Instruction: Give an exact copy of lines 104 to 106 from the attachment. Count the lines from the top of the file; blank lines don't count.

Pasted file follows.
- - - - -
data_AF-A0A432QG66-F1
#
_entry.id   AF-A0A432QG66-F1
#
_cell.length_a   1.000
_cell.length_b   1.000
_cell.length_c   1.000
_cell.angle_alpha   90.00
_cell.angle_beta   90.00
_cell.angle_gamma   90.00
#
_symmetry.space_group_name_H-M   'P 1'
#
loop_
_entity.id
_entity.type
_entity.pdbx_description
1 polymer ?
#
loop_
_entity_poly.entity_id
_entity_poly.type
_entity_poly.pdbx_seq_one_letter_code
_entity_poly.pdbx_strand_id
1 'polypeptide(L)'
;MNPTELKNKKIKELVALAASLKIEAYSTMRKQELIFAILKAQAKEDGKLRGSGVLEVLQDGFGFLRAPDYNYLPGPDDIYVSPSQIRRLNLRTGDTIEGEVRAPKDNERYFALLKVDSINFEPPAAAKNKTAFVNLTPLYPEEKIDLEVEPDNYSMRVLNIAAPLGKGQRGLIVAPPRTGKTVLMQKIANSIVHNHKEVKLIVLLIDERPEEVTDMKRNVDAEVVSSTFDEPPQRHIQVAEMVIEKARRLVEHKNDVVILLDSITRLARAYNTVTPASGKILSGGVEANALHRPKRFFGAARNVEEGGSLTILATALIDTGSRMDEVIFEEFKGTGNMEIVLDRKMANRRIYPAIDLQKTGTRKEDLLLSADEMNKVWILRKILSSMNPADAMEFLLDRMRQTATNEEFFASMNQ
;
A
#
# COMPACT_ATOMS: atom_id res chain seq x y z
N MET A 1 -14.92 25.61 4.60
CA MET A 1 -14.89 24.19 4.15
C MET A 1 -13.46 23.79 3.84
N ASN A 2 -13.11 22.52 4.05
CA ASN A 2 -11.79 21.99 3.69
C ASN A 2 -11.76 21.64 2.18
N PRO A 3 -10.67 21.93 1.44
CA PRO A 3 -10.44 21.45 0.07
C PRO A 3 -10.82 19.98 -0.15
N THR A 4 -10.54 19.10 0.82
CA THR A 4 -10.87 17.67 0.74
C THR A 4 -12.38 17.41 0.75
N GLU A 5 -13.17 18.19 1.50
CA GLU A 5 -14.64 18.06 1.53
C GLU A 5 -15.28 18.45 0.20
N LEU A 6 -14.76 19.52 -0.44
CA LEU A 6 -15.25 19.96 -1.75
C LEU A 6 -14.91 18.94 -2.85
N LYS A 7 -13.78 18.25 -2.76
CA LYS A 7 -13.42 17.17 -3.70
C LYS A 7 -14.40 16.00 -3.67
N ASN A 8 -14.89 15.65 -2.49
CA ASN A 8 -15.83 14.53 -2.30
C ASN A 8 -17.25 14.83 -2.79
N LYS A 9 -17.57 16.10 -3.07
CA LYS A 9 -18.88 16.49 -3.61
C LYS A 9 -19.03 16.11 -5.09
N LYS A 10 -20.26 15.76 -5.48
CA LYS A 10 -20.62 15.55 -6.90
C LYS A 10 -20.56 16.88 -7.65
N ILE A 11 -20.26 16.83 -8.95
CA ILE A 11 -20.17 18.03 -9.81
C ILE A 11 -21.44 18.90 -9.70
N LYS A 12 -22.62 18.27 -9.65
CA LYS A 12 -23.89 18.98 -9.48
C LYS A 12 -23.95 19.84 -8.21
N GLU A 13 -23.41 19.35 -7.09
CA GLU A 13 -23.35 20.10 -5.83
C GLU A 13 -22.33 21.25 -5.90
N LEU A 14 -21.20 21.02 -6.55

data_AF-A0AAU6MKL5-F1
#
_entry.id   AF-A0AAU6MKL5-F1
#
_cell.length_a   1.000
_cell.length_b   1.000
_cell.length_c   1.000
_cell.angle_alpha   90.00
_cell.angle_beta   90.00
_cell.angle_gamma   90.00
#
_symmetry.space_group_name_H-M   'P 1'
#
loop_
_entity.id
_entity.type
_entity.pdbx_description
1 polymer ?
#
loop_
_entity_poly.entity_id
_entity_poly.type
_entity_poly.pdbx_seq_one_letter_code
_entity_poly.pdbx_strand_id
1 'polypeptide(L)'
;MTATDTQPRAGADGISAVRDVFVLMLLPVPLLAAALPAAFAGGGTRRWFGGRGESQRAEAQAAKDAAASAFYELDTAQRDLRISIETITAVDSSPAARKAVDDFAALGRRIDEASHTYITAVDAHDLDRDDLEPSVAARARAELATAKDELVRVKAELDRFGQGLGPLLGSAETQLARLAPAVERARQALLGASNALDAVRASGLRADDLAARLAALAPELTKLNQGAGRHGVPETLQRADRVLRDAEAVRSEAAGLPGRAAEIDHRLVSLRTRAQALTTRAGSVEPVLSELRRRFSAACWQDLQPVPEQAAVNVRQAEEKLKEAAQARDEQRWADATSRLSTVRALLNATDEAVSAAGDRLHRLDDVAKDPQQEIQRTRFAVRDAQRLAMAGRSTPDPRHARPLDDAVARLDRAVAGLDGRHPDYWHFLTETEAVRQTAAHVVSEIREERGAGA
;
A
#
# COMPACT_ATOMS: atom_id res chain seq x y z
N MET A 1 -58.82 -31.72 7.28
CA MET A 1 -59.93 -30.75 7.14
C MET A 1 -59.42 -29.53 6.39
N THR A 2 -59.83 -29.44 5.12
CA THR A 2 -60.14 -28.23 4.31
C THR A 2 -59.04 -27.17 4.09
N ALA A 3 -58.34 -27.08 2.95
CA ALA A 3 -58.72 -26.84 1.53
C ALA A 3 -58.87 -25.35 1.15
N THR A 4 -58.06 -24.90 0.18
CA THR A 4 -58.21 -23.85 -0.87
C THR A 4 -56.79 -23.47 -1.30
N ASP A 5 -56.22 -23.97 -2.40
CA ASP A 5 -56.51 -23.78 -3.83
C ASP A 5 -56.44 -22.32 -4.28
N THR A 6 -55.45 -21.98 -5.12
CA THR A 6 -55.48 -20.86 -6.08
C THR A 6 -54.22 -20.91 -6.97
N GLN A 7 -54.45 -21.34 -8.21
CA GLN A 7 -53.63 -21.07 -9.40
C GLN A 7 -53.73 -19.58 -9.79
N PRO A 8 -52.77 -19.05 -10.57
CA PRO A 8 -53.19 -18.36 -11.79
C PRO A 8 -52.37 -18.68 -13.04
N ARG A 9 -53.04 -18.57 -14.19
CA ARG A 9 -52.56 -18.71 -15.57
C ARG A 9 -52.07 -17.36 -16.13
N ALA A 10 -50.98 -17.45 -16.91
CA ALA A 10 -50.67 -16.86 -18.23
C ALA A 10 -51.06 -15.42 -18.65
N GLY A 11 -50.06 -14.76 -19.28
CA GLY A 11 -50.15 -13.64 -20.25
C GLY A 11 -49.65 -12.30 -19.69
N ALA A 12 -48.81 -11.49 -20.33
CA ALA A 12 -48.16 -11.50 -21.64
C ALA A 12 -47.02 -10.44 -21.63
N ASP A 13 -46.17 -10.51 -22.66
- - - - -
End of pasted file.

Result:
N THR A 2 -59.83 -29.44 5.12
CA THR A 2 -60.14 -28.23 4.31
C THR A 2 -59.04 -27.17 4.09